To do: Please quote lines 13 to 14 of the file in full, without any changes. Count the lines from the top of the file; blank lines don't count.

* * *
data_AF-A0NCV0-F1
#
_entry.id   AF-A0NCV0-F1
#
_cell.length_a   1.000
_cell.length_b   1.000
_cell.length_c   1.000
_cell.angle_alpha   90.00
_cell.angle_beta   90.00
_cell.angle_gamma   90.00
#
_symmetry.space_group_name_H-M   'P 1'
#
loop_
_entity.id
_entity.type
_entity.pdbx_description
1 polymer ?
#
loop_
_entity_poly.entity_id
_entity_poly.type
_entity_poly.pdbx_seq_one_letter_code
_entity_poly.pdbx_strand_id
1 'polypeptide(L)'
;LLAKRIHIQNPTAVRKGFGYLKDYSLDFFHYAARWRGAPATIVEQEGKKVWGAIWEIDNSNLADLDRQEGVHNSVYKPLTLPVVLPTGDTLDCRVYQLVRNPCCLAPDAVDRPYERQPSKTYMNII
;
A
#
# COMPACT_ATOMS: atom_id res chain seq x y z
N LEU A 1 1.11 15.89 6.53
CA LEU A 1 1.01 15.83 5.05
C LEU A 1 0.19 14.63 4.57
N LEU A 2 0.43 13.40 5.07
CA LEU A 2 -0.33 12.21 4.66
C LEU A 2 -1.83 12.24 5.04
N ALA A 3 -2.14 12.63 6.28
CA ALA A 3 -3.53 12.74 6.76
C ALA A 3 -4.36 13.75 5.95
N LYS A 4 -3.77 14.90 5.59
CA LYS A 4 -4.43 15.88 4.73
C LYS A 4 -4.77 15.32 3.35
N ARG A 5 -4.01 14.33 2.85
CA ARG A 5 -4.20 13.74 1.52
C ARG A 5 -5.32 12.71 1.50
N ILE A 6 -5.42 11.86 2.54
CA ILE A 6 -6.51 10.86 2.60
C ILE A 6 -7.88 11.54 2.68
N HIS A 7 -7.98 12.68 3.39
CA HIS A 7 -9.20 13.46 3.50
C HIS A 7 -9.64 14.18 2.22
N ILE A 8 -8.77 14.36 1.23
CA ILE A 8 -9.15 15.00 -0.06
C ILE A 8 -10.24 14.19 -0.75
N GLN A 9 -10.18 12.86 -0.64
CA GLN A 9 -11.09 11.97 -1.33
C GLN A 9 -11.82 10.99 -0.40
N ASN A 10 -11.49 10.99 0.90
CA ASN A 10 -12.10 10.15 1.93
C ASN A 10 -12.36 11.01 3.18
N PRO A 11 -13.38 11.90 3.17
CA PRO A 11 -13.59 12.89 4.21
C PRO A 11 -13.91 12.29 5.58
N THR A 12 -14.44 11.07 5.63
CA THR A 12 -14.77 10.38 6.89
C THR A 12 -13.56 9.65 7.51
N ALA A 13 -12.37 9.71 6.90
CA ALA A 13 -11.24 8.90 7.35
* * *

#
loop_